One reason I’m a tepid responder to the battle call on gay marriage is that I think weddings are a terrible thing to do to the people you know and love, and I’m illogically afraid that my brethren gays will become the most fearsome Bridezillas of them all. Even the “small, tasteful, no-pressure” weddings that gay men insist they would have (ha!) would, at a minimum, force whomever gets invited to cough up an entire Saturday (or more); spend money to travel (sometimes quite far); pony up for a gift (the gay movement has been especially—if sarcastically, and old-joke lamely—vocal about the comeuppance due us via Williams-Sonoma registries); and finally, endure the tedium of the actual wedding and reception, from the Hallmarky declaration of love to the bad DJ at the reception to the painful discovery of a cash-bar situation. I do not discriminate: I deplore all weddings.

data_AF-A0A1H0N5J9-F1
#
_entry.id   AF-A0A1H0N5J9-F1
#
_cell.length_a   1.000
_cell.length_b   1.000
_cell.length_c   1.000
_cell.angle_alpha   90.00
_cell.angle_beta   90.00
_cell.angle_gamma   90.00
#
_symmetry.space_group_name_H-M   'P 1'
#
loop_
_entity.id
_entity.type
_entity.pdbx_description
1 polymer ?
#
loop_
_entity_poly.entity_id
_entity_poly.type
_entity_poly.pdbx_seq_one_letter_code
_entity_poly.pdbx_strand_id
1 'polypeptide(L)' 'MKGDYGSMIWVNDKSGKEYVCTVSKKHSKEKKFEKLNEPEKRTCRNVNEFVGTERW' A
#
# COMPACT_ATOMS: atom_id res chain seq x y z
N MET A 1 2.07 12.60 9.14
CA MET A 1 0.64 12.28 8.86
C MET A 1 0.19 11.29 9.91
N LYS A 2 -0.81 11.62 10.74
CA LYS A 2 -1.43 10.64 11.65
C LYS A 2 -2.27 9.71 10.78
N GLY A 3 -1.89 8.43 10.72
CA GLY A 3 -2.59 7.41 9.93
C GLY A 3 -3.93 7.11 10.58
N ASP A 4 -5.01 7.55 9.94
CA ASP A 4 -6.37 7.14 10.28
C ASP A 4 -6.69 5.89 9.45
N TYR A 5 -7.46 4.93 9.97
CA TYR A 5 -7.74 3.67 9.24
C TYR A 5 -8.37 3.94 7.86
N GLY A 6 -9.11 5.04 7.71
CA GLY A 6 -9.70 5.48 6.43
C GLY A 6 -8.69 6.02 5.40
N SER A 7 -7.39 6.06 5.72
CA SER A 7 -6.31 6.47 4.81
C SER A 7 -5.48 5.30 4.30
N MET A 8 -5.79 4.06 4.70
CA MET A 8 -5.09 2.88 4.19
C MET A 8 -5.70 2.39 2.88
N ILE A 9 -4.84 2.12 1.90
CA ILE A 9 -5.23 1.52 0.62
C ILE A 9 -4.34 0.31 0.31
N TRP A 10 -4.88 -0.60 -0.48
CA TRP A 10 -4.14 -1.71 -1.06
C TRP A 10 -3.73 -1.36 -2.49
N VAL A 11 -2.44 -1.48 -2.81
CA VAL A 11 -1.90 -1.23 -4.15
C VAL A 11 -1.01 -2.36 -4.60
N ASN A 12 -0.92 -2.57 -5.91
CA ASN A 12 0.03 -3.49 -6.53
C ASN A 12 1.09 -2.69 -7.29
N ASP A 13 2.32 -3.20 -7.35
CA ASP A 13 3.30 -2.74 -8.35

And baby showers. Damn, but these suck, and it’s always the gay guy who has to make little brioches or cakes. These went coed about a decade ago, especially as out-and-proud gay men got officially over-involved in the lives of their best college gal pals, and the baby shower took as its model the average hetero weekend barbeque (ice chest with beer on the back porch, Dave Matthews Band on the stereo, guacamole in the food processor), only a bit dressier (sundresses, golf shirts). It’s a bunch of women (and about four gay men) in the living room squealing over gifts and a bunch of guys (and the incredibly bored boyfriend of one of the gay men) hanging out in the backyard.
Envy is the unfortunate paradigm of both events. In my 20s and early 30s, all of my many straight friends and relatives got married, some of them twice. And whenever possible I went—alone, because single people almost never get an invitation marked “and guest” because we’re supposed to have fun with the other singles and participate in the pernicious hetero movie fantasy of Meeting Someone Special at the Reception. Which would be fine if Rupert Everett had shown up to the any of the weddings I got stuck at. I spent my vacation time and money in far-flung Raddisons and Catholic parishes of Dullsville (Arizona, Oklahoma, Georgia, Texas) going to rehearsal dinners and receptions and day-after brunches.